Avian flu is the suspected cause of death for a great horned owl family of five nesting near Lake Nokomis in south Minneapolis.
The Raptor Center at the University of Minnesota reported the deaths Thursday afternoon.
"We are heartbroken at The Raptor Center to see the presumed loss of an entire great horned owl family due to HPAI and unfortunately this is not the first one we have responded to during this outbreak," the center announced on Facebook. "Nearly every day we are admitting patients that come in suffering from the severe symptoms of HPAI."
The center said it received reports on Tuesday and Wednesday of three great horned owls in distress and admitted the owls into the triage hospital.
All three owls were suffering from extreme neurological symptoms and one died suddenly, the center reported. The two remaining youngsters were euthanized.
Today, after all three young owls tested positive for Highly Pathogenic Avian Influenza (HPAI), the center received additional calls about two adult great horned owls found dead in the same area.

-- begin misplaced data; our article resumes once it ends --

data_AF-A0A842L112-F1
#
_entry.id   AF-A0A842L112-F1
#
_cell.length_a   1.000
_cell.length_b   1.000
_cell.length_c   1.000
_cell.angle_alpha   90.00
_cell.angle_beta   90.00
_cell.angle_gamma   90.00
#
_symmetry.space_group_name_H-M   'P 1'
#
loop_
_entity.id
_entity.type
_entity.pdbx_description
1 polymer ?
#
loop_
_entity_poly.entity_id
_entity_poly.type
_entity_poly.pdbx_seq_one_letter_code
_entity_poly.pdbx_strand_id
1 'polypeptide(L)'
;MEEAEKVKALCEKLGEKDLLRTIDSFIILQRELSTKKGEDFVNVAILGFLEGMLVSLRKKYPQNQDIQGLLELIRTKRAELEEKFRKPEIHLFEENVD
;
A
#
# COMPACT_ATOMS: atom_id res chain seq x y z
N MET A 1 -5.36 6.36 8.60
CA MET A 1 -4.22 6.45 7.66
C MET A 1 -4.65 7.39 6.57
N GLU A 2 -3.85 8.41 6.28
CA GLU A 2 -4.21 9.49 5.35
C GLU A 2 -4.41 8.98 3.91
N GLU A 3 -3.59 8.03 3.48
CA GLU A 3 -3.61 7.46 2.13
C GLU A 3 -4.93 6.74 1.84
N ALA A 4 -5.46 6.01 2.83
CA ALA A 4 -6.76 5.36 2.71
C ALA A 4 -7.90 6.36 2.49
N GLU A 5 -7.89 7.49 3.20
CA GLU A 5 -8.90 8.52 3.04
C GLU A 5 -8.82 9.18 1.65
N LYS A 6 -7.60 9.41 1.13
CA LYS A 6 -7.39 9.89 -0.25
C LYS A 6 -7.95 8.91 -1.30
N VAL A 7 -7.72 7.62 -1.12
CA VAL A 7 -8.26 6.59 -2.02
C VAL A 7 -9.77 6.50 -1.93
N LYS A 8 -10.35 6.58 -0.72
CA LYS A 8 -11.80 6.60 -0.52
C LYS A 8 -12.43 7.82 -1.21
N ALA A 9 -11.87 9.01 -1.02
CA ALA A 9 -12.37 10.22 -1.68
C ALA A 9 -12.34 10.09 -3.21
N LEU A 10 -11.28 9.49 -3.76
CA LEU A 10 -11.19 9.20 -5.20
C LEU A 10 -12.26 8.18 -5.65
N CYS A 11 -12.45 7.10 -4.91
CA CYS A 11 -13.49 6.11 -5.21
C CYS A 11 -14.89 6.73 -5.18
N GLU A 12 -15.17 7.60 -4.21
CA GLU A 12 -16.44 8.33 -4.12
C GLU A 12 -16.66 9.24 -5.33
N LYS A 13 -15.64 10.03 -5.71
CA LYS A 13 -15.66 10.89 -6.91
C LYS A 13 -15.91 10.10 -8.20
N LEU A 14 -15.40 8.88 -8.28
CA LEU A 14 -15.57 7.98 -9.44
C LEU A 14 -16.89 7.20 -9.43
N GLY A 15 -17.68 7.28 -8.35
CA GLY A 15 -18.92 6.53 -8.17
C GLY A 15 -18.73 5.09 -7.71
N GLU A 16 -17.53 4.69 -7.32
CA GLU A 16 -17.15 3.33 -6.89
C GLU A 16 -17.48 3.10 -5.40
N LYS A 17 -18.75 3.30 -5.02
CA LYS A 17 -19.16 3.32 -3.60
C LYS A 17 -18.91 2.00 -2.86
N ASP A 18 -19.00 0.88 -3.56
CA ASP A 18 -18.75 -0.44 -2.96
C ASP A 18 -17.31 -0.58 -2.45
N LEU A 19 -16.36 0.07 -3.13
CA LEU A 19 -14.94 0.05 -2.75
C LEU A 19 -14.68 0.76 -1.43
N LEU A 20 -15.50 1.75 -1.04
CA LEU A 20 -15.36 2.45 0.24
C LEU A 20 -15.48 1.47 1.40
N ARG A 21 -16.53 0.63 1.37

The owls are presumed to be the parents of the three youngsters and also presumed to have died of the avian flu, the center announced.
According to the University, HPAI is 90-100% fatal in raptors.
On Wednesday, The Raptor Center’s Executive Director and Veterinary Epidemiologist Dr. Victoria Hall wrote a post recommending Minnesotans temporarily discontinue the use of bird feeders and bird baths as the disease spreads.
Anyone who finds a raptor in need is asked to call The Raptor Center at 612-624-4745.